{Interview/Giveaway} Interviewing Erin Bow, Author of THE SWAN RIDERS!

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by Erin Bow

Virtual Blog Tour!

 An Interview With
Erin Bow


Hi! My name is Erin Bow -- physicist turned poet turned author of young adult novels that will make you cry on the bus. I'm a white girl, forty-something, feminist, geeky enough to do the Vulcan salute with both hands -- in public. I live in Canada. I love to cook, hate to clean, and yes, I do own a cat. 

In the beginning, I was a city girl from farm country—born in Des Moines and raised in Omaha—where I was fond of tromping through wood lots and reading books by flashlight. In high school I captained the debate team, founded the math club, and didn’t date much. 

In university I studied particle physics, and worked briefly at the European Centre for Nuclear Research (CERN) near Geneva, Switzerland. Physics was awesome, but graduate school kind of sucked, and at some point I remembered that I wanted to write books. 

Books: I have six of them — three novels, and two volumes of poetry and a memoir (the poetry under my maiden name, Erin Noteboom). My poetry has won the CBC Canadian Literary Award, and several other awards. My two novels, Plain Kate and Sorrow's Knot, also have a fistful of awards, including Canada's top award for children's literature, the TD. The third novel, The Scorpion Rules, still faces its award season. No one read the memoir. 

Right now I'm looking forward to the publication of my fourth novel, a companion piece to The Scorpion Rules called The Swan Riders, which will be out September 20 from Simon & Schuster. I'm at work on an new an entirely different novel, and a book of poetry about science. 

Did you notice I got to Canada in there somewhere? Yeah, that was true love. I'm married to a Canadian boy, James Bow, who also writes young adult novels. We have two small daughters, both of whom want to be scientists.

While your Prisoners of Peace duology has dystopian roots, it also turns the genre on its head. What goals did you initially have when developing the story for THE SCORPION RULES?

I usually start my books with something I call “the original equipment” – a handful of characters, and something a bit more than a premise, and a bit less than a plot. I started this one with Greta, and with the idea of the royal hostages. I was so captured by this idea of a privileged, royal, honoured young person, who is doomed precisely because she is royal and honoured. The hostage, who does not fight against her captures but actually thinks they are right. Who is willing to die. I like the contradictions in that; I like the tension.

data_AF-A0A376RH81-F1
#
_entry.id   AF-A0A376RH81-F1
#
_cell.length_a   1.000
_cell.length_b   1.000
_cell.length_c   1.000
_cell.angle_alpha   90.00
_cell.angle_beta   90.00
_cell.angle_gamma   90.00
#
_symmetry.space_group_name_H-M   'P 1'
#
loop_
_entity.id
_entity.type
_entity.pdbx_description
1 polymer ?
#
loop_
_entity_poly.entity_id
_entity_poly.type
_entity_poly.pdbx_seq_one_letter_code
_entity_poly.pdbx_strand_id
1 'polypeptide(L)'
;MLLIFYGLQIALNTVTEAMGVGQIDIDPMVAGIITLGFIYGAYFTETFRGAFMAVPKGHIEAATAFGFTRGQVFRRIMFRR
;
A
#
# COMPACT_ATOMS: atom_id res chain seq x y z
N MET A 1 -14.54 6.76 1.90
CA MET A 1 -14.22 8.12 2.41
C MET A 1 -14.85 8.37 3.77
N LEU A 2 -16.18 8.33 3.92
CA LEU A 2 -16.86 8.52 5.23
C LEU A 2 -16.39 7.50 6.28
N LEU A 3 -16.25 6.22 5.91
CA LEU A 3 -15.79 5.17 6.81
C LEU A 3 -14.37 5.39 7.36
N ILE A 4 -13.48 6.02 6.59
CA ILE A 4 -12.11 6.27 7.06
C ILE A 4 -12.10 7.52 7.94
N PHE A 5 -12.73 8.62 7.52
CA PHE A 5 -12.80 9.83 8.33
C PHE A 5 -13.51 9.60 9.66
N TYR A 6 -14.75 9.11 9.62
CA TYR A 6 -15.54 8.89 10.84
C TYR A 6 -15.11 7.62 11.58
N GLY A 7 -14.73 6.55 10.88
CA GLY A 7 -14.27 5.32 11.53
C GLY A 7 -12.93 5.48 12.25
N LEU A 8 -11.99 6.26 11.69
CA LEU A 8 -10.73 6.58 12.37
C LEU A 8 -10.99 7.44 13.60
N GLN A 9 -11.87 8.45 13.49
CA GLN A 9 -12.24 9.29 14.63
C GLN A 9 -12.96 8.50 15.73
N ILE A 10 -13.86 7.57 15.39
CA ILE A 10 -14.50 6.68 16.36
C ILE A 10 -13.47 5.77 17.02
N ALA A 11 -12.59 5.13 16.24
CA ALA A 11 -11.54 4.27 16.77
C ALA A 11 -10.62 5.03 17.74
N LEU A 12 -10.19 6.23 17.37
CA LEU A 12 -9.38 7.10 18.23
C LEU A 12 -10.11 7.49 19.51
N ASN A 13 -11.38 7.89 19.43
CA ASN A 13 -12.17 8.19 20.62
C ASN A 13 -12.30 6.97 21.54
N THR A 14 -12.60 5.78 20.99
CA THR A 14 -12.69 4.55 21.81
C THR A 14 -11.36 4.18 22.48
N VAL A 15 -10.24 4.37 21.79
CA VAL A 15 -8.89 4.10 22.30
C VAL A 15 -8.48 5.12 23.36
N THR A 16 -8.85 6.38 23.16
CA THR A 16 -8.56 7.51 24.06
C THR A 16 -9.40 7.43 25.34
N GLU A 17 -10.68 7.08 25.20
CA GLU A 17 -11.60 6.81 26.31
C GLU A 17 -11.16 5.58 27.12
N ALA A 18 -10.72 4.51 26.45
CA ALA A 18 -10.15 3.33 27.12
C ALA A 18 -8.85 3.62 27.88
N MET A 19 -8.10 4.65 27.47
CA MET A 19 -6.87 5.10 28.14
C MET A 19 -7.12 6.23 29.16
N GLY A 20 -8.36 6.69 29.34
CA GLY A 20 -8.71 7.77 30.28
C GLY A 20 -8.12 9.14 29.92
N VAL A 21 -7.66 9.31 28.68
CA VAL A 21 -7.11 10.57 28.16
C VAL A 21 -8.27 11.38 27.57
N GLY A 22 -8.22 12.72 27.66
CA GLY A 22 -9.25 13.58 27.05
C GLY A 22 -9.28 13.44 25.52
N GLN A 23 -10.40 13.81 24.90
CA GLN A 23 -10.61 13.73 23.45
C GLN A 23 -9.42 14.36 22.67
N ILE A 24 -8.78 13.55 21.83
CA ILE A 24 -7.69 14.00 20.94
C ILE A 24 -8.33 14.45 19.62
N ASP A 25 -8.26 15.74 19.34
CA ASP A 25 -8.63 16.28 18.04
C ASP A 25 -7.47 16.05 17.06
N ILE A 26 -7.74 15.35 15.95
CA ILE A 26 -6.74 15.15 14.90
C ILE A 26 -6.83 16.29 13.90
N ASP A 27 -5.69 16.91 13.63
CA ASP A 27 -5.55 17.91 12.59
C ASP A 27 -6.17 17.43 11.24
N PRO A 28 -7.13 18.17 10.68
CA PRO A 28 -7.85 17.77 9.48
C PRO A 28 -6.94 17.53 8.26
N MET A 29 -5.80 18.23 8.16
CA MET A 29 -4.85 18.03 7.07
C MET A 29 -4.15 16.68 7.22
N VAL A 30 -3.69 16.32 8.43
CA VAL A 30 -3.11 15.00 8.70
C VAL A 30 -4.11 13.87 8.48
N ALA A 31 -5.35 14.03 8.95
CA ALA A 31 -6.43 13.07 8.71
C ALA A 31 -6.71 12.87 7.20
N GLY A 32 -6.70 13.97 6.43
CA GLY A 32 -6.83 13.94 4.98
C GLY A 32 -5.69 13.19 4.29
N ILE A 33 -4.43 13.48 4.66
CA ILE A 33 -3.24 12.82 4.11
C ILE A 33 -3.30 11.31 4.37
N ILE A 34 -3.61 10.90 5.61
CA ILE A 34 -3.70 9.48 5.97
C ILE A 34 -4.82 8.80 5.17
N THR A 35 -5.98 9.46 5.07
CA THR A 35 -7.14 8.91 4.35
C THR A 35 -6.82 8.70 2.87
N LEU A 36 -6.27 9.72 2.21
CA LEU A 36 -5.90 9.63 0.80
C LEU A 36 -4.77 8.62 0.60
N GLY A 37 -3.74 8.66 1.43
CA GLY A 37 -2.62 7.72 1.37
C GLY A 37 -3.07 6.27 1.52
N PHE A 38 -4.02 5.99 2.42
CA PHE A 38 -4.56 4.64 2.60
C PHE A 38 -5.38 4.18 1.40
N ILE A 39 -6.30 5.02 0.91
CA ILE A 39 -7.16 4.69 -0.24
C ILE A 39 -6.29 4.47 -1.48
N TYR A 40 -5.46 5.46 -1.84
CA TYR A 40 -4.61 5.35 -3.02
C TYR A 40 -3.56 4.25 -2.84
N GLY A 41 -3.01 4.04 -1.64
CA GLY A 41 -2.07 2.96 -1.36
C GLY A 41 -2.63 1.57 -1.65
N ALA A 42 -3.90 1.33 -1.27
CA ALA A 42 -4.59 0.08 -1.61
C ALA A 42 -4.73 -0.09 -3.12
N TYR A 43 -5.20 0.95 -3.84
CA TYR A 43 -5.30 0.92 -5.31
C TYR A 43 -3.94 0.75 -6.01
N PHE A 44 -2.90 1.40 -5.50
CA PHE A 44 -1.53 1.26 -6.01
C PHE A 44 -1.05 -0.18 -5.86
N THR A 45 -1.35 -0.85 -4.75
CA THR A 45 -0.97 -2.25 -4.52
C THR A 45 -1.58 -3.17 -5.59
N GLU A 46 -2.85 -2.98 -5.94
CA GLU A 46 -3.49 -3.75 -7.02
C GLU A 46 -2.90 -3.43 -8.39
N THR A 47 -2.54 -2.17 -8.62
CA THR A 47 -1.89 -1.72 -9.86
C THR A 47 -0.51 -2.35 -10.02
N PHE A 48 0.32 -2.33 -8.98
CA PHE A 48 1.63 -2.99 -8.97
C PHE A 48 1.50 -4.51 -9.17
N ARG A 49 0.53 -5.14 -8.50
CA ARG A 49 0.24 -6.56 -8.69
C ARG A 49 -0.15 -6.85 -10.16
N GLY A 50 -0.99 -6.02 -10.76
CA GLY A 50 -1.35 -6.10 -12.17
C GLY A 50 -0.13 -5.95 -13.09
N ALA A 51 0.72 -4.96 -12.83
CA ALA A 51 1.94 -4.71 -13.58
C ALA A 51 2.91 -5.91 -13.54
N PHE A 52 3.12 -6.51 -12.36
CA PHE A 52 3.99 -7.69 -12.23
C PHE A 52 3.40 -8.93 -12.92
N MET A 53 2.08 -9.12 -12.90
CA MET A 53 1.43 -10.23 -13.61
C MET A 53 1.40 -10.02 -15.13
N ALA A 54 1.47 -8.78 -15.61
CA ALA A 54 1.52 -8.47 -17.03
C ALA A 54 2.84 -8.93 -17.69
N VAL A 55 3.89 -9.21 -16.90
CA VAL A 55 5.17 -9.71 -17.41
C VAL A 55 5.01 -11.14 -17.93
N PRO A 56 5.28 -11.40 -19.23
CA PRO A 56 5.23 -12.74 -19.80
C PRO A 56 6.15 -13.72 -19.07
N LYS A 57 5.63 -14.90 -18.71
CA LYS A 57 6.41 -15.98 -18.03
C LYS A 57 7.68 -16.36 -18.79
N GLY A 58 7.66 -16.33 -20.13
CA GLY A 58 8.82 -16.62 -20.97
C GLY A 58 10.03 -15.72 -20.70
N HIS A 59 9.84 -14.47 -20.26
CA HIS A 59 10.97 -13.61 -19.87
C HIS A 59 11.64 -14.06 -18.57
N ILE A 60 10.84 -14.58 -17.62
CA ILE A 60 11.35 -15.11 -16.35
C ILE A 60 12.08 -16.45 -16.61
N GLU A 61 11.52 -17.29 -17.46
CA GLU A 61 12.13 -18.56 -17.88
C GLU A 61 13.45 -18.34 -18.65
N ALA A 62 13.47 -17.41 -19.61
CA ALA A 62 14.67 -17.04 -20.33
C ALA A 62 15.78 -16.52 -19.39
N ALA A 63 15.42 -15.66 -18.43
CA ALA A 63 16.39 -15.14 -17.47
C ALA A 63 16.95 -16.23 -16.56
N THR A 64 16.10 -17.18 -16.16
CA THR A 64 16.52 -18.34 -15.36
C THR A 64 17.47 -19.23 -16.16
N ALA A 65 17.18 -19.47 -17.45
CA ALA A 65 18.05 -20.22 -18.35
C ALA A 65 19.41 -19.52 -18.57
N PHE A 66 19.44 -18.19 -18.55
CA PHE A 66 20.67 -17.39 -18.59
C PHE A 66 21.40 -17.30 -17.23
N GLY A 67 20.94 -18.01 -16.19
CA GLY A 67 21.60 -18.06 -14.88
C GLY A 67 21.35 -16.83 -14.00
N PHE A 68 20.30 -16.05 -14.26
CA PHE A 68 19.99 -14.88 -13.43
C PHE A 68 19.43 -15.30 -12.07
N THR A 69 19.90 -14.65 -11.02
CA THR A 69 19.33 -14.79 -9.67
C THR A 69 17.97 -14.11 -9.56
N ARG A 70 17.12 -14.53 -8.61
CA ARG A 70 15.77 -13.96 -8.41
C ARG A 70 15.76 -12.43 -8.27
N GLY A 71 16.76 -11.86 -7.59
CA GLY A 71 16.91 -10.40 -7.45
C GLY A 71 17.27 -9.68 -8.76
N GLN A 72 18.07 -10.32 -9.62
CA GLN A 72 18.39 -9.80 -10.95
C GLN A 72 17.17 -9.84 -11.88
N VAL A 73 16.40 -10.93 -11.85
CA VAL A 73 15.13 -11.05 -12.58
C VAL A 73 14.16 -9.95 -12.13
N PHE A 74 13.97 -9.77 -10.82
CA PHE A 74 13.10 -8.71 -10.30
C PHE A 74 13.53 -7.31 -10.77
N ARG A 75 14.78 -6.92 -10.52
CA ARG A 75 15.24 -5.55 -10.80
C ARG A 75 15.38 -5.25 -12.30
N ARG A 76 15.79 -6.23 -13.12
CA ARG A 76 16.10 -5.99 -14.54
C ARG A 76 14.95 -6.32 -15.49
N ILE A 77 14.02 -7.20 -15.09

So I didn’t start with a goal; I started with Greta. The world came into place around her. For me, structures and themes and goals are something that happen way later. 

But once I got moving toward a complete draft and a revision, I did want to take the dystopian apart a little. I didn’t want one of those Evil Systems that had no motivation for being evil except that the plot required it so. I wanted a system that actually worked for most people, and in most ways. Talis’s world is rotten for these six particular kids, but for everyone else, hey, world peace. 

I also didn’t want the system to have one crucial weakness, namely, teenagers. I wanted it to be tough, smart, and durable, such that rebelling against it probably wasn’t going to change it. Both those things make the moral choices of the characters a lot more interesting to me, and a lot more complicated for them. Plus, it’s the situation in which many teenagers find themselves. High school sucks, but you’re unlikely to get to burn it to the ground. 

Finally, even though the flap copy totally sounds like “proper girl meets bad boy; they fight robots,” I didn’t want to write that book. 

The bottom line is I wanted to write something unpredictable. And since I had no idea how THE SCORPION RULES was going to end until I had nearly finished writing it, I would like to think I succeeded.

It is amazing to think that an A.I. could so callously put the lives of children in the balance in order to achieve world peace. It's both brilliant and devious. What was your inspiration, especially in creating the Children of Peace?

I didn’t make up the idea of putting the lives of children in the balance for peace. It’s real. It’s happened, over and over again, around the world, across history. And it has largely worked to keep the peace – or at least to keep smaller states from rebelling against the larger ones holding their princes and princesses hostage. If you read AND I DARKEN (by Kiersten White) – and you should – you can watch this play out in the life of two such historically accurate royal children, hostaged to the Ottoman Empire. 

As Grego notes in my book, that’s a story that works out super well for everybody.

For those readers who have already read THE SCORPION RULES, what can they look forward to when THE SWAN RIDERS releases? (Besides more goats! ^.~)

There are sadly few goats, actually, but there’s an awesome horse. 

While THE SCORPION RULES is a high-concept political thriller set entirely on a single goat farm, THE SWAN RIDERS takes place on a much bigger stage. Part of that’s literal: there’s a long a horseback road trip across post-apocalyptic Saskatchewan. Part of it is figurative, as political intrigue explodes on several fronts at once. 

It will have more Greta, and way more Talis. As you might suspect, you meet some of the Swan Riders, and I hope you will fall for one of them, a quiet badass idealist named Francis Xavier. There’s also a minor character who out-does even Talis: Evie, who is an absolute over-the-top insane hoot. I want to write an entire middle grade spinoff about her and scare the pants off of all the grownups.